• Kafka cluster - Kafka cluster can be shared by multiple clusters in different zones or there could be single Kafka cluster per zone. Notifications from different zones can be safely pushed to the common topics since there can be no possible conflicts between Kafka publishers. However it is also possible to achieve isolation of published messages in a shared Kafka deployment by setting different topic names in different zones.

# Load-balancer operation

The responsibility of a load-balancer is to allocate UniConfig transaction on one of the UniConfig nodes in the cluster. It is done by forwarding requests without UniConfig transaction header to one of the UniConfig nodes (using round-robin strategy) and afterwards appending a backed identifier to the create-transaction RPC response in form of an additional Cookie header ('sticky session' concept). Afterwards, it is the responsibility of an application to assure that all requests that belong to the same transaction contain the same backend identifier.

The next sequence diagram captures a process of creating and using 2 UniConfig transactions with focus on load-balancer operation.

Load-balancing UniConfig transactions
Load-balancing UniConfig transactions

  • The first create-transaction RPC is forwarded to the first UniConfig node (applying round-robin strategy), because it does not contain uniconfig_server_id key in the Cookie header. The response contains both UniConfig transaction ID (UNICONFIGTXID) and uniconfig_server_id that represents 'sticky cookie'. Cookie header uniconfig_server_id is appended to the response by load-balancer.
  • The next request that belongs to the created transaction, contains same UNICONFIGTXID and uniconfig_server_id. Load balancer uses the uniconfig_server_id to forward this request to the correct UniConfig node.
  • The last application request represents again create-transaction RPC. This time, request is forwarded to the next registered UniConfig node in the cluster according to the round-robin strategy.

# Configuration

# UniConfig configuration

All UniConfig nodes in the cluster should be configured with the same parameters. There are several important sections of config/lighty-uniconfig-config.json file related to clustered environment.

# Database connection settings

This section contains information how to connect to PostgreSQL database and connection pool settings. It is placed under 'dbPersistence.connection' JSON object.

Example with essential settings:

database connection settings
// Grouped settings related to database connection.
"connection": {
    // name of the database
    "dbName": "uniconfig",
    // name of the user that has the remote access to database specified by 'dbName'
    "username": "uniremote",
    // user password (it is used only for the password-base authentication)
    "password": "unipass",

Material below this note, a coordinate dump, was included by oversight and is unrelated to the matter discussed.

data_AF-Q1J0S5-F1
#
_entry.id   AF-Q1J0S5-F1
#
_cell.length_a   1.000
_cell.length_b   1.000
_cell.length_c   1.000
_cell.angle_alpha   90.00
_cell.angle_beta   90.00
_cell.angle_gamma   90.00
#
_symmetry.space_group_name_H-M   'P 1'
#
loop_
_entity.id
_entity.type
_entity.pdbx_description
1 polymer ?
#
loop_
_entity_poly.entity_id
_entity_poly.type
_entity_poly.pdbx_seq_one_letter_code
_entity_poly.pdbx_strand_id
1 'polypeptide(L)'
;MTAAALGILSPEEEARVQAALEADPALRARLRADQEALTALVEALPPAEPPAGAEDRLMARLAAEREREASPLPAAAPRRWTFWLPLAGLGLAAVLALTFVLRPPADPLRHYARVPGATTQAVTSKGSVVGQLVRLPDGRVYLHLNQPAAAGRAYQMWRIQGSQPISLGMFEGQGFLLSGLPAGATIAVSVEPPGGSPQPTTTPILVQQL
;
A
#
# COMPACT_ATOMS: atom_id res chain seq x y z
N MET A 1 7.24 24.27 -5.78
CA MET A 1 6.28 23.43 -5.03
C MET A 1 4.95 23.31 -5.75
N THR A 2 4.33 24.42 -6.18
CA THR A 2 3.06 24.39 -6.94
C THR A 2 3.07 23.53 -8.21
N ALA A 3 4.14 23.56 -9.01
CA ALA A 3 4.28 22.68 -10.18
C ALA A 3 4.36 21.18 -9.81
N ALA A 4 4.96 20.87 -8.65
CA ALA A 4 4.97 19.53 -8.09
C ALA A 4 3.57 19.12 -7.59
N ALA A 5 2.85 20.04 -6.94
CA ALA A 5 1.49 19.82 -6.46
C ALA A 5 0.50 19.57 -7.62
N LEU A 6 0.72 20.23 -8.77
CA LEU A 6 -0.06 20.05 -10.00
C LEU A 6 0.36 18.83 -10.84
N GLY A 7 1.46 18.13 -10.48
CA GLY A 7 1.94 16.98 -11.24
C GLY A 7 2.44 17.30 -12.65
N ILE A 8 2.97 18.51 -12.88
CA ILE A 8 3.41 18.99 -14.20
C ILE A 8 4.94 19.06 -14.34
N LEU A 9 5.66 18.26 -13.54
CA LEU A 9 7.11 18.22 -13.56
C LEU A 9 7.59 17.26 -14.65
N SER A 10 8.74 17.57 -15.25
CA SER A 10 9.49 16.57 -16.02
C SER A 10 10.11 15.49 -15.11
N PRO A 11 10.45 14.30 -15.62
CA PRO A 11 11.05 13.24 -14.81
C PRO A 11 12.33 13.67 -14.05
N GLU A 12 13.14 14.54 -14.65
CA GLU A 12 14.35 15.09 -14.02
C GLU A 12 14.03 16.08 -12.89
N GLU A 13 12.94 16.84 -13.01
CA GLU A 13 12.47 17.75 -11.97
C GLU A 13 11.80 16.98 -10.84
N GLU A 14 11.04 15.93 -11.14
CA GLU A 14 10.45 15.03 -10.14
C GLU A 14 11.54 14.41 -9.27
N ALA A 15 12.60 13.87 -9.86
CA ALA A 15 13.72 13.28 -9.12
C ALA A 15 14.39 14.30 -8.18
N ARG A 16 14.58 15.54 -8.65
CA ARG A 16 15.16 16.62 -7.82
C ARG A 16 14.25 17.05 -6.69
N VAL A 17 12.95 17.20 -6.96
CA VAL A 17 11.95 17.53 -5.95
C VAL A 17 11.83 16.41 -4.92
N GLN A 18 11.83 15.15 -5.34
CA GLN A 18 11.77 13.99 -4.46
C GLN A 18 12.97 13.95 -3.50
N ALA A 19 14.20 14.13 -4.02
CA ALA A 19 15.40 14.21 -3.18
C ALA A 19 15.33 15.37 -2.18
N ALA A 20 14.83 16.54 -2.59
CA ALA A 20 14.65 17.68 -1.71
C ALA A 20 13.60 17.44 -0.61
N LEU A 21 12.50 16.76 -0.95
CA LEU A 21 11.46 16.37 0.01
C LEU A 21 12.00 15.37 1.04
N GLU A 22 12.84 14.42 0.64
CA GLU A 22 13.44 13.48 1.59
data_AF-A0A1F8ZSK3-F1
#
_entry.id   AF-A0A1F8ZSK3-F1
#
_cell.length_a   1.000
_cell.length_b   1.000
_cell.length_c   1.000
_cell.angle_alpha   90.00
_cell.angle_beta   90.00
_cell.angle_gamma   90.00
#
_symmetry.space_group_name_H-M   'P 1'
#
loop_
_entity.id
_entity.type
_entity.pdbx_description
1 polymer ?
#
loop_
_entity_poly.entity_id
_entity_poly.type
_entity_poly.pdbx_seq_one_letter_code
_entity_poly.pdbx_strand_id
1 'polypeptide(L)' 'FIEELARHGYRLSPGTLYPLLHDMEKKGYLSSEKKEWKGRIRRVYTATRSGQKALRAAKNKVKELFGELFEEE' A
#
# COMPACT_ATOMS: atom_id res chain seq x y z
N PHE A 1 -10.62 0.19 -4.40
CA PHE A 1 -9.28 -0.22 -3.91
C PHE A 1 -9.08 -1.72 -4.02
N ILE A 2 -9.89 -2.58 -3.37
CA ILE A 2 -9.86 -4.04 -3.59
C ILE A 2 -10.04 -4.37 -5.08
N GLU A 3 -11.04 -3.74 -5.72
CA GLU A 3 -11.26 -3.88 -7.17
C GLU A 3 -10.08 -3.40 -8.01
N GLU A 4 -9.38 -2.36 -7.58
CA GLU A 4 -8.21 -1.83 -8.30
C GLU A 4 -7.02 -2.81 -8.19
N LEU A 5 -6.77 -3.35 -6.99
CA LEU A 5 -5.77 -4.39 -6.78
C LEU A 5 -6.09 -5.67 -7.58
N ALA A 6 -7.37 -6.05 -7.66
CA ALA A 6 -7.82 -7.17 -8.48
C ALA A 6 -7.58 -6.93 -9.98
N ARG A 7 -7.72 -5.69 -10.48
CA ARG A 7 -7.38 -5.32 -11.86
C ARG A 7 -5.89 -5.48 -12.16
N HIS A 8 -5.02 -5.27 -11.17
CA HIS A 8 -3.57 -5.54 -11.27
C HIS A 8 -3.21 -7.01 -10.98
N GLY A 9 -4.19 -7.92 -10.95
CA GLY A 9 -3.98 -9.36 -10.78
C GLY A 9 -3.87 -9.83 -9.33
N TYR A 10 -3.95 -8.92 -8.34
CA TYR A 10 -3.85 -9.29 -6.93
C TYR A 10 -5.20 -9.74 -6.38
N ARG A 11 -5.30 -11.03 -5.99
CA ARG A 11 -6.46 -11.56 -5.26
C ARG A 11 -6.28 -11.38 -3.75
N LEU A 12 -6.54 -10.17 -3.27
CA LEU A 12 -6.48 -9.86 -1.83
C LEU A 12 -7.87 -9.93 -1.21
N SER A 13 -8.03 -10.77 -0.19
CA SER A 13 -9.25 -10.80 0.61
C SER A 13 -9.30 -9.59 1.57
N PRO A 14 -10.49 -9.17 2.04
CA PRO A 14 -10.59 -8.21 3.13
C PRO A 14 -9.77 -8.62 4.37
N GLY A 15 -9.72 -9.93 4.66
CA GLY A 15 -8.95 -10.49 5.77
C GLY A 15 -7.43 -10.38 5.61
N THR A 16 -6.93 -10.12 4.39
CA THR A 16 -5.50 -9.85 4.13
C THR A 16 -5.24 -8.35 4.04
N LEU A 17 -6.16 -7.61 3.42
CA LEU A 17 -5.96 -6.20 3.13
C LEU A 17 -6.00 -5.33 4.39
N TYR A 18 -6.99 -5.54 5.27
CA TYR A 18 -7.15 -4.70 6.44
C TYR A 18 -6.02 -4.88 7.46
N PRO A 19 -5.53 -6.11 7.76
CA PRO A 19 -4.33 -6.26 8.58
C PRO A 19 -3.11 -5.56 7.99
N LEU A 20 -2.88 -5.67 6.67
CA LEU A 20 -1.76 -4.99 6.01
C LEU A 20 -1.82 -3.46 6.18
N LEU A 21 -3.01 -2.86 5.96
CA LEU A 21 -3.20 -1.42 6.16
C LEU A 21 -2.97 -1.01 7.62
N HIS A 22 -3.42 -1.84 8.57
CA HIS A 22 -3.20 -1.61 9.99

// initial size of the connection pool (pre-initialized connections)
    "initialDbPoolSize": 5,
    // maximum size of the connection pool, before creation of next connections are blocked
    "maxDbPoolSize": 20,
    // maximum number of idle connections before next idle connections are cleaned
    "maxIdleConnections": 5,
    /*
    Timeout value used for socket read operations. If reading from the server takes longer than this value,
    the connection is closed. This can be used as both a brute force global query timeout and a method of
    detecting network problems. The timeout is specified in seconds and a value of 0 means that it is disabled.
    */
    "socketReadTimeout": 20,
    // maximum wait time for obtaining of a new connection before fetch request is dropped [milliseconds]
    "maxWaitTime": 30000,
    /*
    List of network locations at which target database resides. The first entry is always tried in the first
    attempt during creation of database connection. If there are multiple entries specified, then other
    locations are used as fallback method in the order in which they are specified.
    */
    "databaseLocations": [
        {
            // database hostname / IP address
            "host": "uniconfig-db",
            // TCP port on which target database listens to incoming connections
            "port": 26257
        }
    ]
}

# UniConfig node identification and heartbeat

By default, UniConfig node name is generated randomly. This behaviour can be changed by setting 'dbPersistence.uniconfigInstance.instanceName'. Instance name is leveraged, for example, in the clustering of stream subscriptions.

UniConfig nodes reports themselves in the cluster by updating heartbeat timestamp in database. Currently, this feature is not used by any other component in the UniConfig cluster. Reporting interval can be adjusted by 'dbPersistence.heartBeat.heartbeatInterval' field.

Example:

node identification and heartbeat settings
// UniConfig instance naming settings.
"uniconfigInstance": {
    // Identifier of the local UniConfig instance (name must be unique in the cluster). If it is set to 'null'
    // then this identifier is tried to be loaded from 'data/instance_name'. If this file doesn't exist, then
    // name of the UniConfig instance is randomly generated and this file is created with new name of instance.
    "instanceName": null
},
// Heart beat service settings.
"heartBeat": {
    // interval between updating of local UniConfig instance heartbeat timestamp [milliseconds]
    "heartbeatInterval": 1000
}

# Kafka and notification settings

This section contains settings related to connections to Kafka brokers, Kafka publisher timeouts, authentication, subscription allocation, and rebalancing settings.

Example with essential settings:

notification settings
// Grouped settings that are related to notifications.
"notifications": {
    // Flag that determines whether notifications are collected
    "enabled": true,
    "kafka": {
        // Username used for authentication into Kafka brokers (SASL). If it is not set, then authentication